Yellowstone bison: Why don’t you just keep all the bison within Yellowstone National Park?

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From the National Park Service

Why don’t you just keep all the bison within Yellowstone National Park?

  • While the park provides a large amount of habitat for bison, it does not provide sufficient habitat for the population during some winters when deep snow limits access to forage at higher elevations. As a result, some bison migrate to low elevation habitat outside of the park in search of food.
  • Annual migration allows bison to access necessary resources for their survival—similar to bighorn sheep, deer, elk, moose, and pronghorn in the system. If migration by Yellowstone bison into Montana is restricted or shortened by human intervention, then bison numbers will be largely determined by food availability inside Yellowstone, with substantial winter mortality occurring after bison reach high densities.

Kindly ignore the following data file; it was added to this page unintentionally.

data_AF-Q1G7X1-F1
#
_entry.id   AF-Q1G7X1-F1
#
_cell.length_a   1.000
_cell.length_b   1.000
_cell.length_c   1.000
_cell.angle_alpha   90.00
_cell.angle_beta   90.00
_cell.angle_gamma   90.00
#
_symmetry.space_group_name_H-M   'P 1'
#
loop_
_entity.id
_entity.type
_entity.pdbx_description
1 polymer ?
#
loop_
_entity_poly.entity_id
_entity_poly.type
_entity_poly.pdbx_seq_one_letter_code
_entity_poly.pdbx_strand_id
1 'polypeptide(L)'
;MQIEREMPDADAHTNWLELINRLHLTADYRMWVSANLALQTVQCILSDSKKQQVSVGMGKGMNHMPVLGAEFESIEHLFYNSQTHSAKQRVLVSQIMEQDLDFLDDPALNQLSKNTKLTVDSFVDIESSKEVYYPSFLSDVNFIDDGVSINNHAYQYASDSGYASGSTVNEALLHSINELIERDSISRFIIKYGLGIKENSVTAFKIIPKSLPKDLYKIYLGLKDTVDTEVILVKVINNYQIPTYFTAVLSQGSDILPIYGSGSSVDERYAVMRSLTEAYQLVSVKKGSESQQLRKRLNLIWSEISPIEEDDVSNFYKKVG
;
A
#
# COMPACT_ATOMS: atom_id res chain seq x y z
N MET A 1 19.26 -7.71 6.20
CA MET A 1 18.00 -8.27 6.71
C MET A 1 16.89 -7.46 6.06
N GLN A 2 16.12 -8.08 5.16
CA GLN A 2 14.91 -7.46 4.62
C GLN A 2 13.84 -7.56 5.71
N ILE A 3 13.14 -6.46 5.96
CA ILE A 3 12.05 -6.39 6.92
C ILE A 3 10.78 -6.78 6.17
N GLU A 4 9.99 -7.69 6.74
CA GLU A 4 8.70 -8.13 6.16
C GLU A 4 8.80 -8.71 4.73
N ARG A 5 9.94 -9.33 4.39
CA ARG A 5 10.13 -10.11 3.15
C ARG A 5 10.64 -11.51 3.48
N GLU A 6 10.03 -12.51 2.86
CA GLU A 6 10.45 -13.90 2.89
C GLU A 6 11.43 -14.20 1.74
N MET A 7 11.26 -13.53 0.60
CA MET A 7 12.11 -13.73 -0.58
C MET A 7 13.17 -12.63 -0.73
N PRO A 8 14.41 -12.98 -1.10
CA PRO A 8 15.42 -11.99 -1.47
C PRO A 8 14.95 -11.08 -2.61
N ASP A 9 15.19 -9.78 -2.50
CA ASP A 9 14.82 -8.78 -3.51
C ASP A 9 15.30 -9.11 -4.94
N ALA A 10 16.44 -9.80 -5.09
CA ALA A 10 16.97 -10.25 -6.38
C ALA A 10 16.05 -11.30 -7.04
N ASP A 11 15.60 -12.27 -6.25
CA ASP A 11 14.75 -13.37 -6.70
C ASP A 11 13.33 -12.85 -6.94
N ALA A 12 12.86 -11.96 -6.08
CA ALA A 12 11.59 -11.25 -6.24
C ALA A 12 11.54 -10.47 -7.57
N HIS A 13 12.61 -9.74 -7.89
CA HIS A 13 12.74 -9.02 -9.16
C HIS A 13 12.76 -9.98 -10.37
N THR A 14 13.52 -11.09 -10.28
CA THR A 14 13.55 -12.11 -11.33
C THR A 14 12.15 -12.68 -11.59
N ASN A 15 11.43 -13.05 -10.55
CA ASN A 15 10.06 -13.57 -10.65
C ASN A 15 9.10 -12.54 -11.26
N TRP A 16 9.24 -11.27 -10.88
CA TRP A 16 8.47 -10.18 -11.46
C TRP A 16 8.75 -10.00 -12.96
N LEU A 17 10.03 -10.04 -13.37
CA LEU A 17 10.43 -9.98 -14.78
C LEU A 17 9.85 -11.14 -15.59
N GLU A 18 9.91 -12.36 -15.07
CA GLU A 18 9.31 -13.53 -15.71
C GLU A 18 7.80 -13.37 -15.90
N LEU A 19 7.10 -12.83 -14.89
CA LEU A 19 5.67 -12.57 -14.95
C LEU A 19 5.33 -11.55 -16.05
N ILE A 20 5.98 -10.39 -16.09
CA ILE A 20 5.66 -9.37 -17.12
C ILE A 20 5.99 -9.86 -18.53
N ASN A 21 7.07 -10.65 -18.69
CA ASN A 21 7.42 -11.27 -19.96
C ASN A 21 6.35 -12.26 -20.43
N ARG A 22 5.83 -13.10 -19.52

• Fortified fences could be used to limit bison migrations, but they would also impede or serve as a barrier to the movements of other wildlife species such as bighorn sheep, deer, elk, moose, and pronghorn. Fencing creates a zoo-like atmosphere and is generally inconsistent with wildlife management principles for the State of Montana and the NPS.
  • The distribution of hay or commercially prepared rations at locations near the boundary of Yellowstone National Park during winter could conceivably encourage bison to terminate their migration and remain in the park. However, bison and other ungulates would become increasingly reliant on these provisions while continuing to feed on vegetation in the vicinity and degrading surrounding habitats. These outcomes are contrary to the conservation of a wild bison population and NPS policies for managing biological resources. Most natural resource managers attempt to avoid the supplemental feeding of wildlife.

 

 

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